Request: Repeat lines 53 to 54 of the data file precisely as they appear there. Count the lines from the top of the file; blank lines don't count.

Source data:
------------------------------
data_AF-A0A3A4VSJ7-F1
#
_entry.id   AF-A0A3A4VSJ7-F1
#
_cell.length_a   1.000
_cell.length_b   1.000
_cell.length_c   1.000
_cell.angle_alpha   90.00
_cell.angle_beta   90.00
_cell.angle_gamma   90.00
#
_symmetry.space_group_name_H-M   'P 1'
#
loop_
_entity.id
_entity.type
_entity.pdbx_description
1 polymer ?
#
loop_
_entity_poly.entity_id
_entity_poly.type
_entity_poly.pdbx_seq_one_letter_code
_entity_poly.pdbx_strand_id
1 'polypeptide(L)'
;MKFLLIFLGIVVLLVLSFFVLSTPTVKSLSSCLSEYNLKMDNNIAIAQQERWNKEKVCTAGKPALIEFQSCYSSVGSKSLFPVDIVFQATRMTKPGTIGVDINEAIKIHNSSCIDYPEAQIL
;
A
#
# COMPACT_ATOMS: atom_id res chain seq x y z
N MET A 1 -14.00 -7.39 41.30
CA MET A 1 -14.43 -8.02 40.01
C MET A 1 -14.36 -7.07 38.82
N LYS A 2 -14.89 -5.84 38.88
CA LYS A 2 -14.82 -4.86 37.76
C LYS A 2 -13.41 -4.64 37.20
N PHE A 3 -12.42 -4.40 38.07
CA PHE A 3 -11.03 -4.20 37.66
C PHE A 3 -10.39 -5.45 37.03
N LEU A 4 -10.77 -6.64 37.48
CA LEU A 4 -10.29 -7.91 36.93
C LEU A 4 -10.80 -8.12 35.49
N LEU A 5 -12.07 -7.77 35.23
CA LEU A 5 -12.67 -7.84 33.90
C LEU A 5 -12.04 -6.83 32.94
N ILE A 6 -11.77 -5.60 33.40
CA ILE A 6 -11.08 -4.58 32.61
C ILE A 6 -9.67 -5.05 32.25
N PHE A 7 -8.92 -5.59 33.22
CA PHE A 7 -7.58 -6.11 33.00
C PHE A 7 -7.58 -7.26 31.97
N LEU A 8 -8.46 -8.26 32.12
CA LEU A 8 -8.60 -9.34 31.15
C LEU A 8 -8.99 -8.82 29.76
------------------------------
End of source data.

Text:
CA LEU A 8 -8.60 -9.34 31.15
C LEU A 8 -8.99 -8.82 29.76